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No Such Thing as a Simple Will

For most people the task of accounting for all that they own and deciding how and to whom such assets are to be transferred upon their deceasing is a daunting task. That said, once the task is actually undertaken, most people spend considerable time and exercise great care in arriving at decisions regarding the disposition of their estate. When it comes to formalizing the estate plan, however, there is a tendency amongst people to seek out the simple Will and usually in an attempt to avoid the perceived expense associated with devising a proper estate plan with one’s solicitor, accountant, and financial advisor. For those subscribing to this notion, there are two truths which must be affirmed at the outset. First, there is no such thing as a simple Will and second, the estate planning process is relatively inexpensive and worth undertaking with the assistance of professionals.The Dangers of Seeking a Simple Will

The old adage “be careful of what you wish for” seems particularly appropriate. Consider that, despite the above decree that simple Wills do not exist, sometimes people who seek one out hard enough get just what they have asked for. Typically, this occurs when people either insist on a substandard product from the drafting solicitor or they attend to preparing their own Last Will and Testament with the assistance of a “Do It Yourself Will Kit”.

As an aside, solicitors should take great care when acting for clients unwilling to sit through a proper and thorough Will intake session in order to avoid future potential liability.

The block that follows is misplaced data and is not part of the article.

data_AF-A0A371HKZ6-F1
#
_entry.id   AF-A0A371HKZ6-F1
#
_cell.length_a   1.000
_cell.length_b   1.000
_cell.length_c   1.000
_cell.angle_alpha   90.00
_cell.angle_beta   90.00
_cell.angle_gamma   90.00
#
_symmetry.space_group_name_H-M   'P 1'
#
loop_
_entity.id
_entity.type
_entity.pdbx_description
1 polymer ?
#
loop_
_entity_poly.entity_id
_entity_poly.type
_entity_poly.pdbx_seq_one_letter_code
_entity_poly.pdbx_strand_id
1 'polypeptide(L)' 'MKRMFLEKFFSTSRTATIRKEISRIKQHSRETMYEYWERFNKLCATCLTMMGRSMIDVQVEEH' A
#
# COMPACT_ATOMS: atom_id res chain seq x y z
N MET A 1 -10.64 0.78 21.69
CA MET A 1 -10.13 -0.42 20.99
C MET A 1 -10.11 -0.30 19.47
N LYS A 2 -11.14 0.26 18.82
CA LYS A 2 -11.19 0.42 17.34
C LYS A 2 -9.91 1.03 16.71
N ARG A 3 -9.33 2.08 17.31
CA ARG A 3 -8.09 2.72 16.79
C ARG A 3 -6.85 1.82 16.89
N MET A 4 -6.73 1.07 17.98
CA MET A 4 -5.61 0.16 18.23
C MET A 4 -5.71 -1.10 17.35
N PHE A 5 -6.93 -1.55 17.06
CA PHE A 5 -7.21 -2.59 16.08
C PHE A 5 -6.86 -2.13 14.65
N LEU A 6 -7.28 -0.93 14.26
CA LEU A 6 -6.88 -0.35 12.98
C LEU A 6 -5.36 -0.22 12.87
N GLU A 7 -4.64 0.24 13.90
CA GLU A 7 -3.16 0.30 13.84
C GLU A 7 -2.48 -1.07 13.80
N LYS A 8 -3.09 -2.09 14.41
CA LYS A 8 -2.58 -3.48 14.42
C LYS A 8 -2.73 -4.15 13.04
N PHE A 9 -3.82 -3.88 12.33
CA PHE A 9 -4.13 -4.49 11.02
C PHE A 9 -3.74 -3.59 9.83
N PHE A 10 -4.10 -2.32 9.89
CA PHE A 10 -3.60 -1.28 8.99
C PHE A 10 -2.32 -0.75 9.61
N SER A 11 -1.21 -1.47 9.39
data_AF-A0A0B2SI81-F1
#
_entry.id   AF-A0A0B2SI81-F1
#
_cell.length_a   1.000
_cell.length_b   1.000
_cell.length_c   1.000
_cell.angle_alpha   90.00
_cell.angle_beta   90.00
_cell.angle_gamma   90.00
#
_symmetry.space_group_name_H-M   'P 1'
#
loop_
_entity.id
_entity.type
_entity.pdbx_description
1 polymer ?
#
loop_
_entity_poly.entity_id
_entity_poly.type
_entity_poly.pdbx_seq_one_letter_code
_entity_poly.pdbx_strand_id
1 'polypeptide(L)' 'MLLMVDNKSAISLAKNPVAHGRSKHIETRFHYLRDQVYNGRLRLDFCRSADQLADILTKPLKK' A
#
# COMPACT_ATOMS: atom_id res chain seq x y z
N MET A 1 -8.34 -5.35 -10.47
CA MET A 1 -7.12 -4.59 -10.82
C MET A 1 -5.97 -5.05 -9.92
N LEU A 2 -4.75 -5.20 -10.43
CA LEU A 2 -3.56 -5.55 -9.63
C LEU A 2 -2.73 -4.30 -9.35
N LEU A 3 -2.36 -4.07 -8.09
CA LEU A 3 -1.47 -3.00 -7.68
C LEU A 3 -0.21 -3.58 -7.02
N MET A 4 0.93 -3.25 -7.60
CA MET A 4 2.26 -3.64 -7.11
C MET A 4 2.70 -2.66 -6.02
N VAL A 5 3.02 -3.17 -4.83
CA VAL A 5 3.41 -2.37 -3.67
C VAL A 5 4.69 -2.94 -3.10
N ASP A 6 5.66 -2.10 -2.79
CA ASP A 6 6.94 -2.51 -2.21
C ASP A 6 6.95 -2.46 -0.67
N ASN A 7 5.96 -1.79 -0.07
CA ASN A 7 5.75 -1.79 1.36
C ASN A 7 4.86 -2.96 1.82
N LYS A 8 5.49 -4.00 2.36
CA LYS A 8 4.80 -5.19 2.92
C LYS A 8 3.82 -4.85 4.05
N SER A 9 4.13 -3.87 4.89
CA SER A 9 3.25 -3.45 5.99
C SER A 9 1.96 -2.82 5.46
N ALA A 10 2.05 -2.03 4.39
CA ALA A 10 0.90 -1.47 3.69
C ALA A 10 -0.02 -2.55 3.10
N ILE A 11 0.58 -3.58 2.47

The fact remains that some solicitors prepare cookie cutter estate documents which do not address the specific needs of their clients. This practice often culminates in a Will which vests the entirety of a deceased’s estate in an executor and which accordingly affords no care in ensuring that effective tax saving measures are employed so as to preserve to the beneficiaries the most value out of the estate possible.

People are also frequently found to have:

  • Assets allowing for beneficiary designations which, however, have not been set out; and
  • Wills that fail to provide for the necessary terminology in order to ensure that such assets do not form part of the residue of estate and consequently made subject to Estate Administration Tax.

For those of such people which have since deceased, there is nothing that can be done in order to rectify this unfortunate state of affairs. For those still alive and willing to consult with competent counsel, much can be done in an attempt to take advantage of tax saving and estate preserving mediums. What is more, this author has, on a few occasions, been asked to assist in the administration of an estate, the testators for which, in the process of using a Will kit, failed to have their Wills witnessed. The results of such errors are, generally speaking, irreversible.